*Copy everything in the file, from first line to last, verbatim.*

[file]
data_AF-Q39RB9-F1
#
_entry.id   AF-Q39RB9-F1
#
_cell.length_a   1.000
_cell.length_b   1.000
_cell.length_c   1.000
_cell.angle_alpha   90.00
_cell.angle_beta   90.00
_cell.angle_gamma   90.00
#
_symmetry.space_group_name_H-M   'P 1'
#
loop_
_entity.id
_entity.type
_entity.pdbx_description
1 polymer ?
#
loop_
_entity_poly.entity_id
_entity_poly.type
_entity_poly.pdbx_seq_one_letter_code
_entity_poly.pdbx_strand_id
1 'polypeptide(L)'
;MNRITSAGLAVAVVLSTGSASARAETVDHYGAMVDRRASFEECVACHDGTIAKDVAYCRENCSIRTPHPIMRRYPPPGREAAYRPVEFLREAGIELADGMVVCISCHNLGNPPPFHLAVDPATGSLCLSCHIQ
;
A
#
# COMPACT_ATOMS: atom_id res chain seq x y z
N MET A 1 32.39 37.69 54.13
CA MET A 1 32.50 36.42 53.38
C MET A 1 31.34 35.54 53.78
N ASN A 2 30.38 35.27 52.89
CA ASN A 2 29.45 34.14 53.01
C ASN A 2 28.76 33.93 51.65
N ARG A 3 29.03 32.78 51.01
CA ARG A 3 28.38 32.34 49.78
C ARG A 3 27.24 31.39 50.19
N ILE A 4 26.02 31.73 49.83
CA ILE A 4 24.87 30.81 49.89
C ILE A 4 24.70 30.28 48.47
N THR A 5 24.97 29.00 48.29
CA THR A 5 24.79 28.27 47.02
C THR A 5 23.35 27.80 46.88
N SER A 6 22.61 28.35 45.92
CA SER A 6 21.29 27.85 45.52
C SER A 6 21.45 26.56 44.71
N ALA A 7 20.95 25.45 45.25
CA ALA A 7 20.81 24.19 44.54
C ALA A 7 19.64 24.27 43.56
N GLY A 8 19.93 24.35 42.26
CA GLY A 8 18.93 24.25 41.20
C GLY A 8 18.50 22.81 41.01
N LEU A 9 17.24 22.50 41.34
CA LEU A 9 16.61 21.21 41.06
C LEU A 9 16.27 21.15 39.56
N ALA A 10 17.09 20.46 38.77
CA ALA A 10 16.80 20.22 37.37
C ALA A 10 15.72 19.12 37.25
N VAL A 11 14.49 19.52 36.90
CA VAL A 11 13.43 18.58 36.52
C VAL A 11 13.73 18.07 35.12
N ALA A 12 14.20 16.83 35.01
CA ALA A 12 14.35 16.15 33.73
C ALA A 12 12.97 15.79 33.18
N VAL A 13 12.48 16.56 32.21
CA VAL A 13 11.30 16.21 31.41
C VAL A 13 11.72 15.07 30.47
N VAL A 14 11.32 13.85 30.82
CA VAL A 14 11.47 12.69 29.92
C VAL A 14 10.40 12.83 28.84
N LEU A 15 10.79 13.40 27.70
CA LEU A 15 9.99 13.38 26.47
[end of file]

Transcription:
data_AF-Q39RB9-F1
#
_entry.id   AF-Q39RB9-F1
#
_cell.length_a   1.000
_cell.length_b   1.000
_cell.length_c   1.000
_cell.angle_alpha   90.00
_cell.angle_beta   90.00
_cell.angle_gamma   90.00
#
_symmetry.space_group_name_H-M   'P 1'
#
loop_
_entity.id
_entity.type
_entity.pdbx_description
1 polymer ?
#
loop_
_entity_poly.entity_id
_entity_poly.type
_entity_poly.pdbx_seq_one_letter_code
_entity_poly.pdbx_strand_id
1 'polypeptide(L)'
;MNRITSAGLAVAVVLSTGSASARAETVDHYGAMVDRRASFEECVACHDGTIAKDVAYCRENCSIRTPHPIMRRYPPPGREAAYRPVEFLREAGIELADGMVVCISCHNLGNPPPFHLAVDPATGSLCLSCHIQ
;
A
#
# COMPACT_ATOMS: atom_id res chain seq x y z
N MET A 1 32.39 37.69 54.13
CA MET A 1 32.50 36.42 53.38
C MET A 1 31.34 35.54 53.78
N ASN A 2 30.38 35.27 52.89
CA ASN A 2 29.45 34.14 53.01
C ASN A 2 28.76 33.93 51.65
N ARG A 3 29.03 32.78 51.01
CA ARG A 3 28.38 32.34 49.78
C ARG A 3 27.24 31.39 50.19
N ILE A 4 26.02 31.73 49.83
CA ILE A 4 24.87 30.81 49.89
C ILE A 4 24.70 30.28 48.47
N THR A 5 24.97 29.00 48.29
CA THR A 5 24.79 28.27 47.02
C THR A 5 23.35 27.80 46.88
N SER A 6 22.61 28.35 45.92
CA SER A 6 21.29 27.85 45.52
C SER A 6 21.45 26.56 44.71
N ALA A 7 20.95 25.45 45.25
CA ALA A 7 20.81 24.19 44.54
C ALA A 7 19.64 24.27 43.56
N GLY A 8 19.93 24.35 42.26
CA GLY A 8 18.93 24.25 41.20
C GLY A 8 18.50 22.81 41.01
N LEU A 9 17.24 22.50 41.34
CA LEU A 9 16.61 21.21 41.06
C LEU A 9 16.27 21.15 39.56
N ALA A 10 17.09 20.46 38.77
CA ALA A 10 16.80 20.22 37.37
C ALA A 10 15.72 19.12 37.25
N VAL A 11 14.49 19.52 36.90
CA VAL A 11 13.43 18.58 36.52
C VAL A 11 13.73 18.07 35.12
N ALA A 12 14.20 16.83 35.01
CA ALA A 12 14.35 16.15 33.73
C ALA A 12 12.97 15.79 33.18
N VAL A 13 12.48 16.56 32.21
CA VAL A 13 11.30 16.21 31.41
C VAL A 13 11.72 15.07 30.47
N VAL A 14 11.32 13.85 30.82
CA VAL A 14 11.47 12.69 29.92
C VAL A 14 10.40 12.83 28.84
N LEU A 15 10.79 13.40 27.70
CA LEU A 15 9.99 13.38 26.47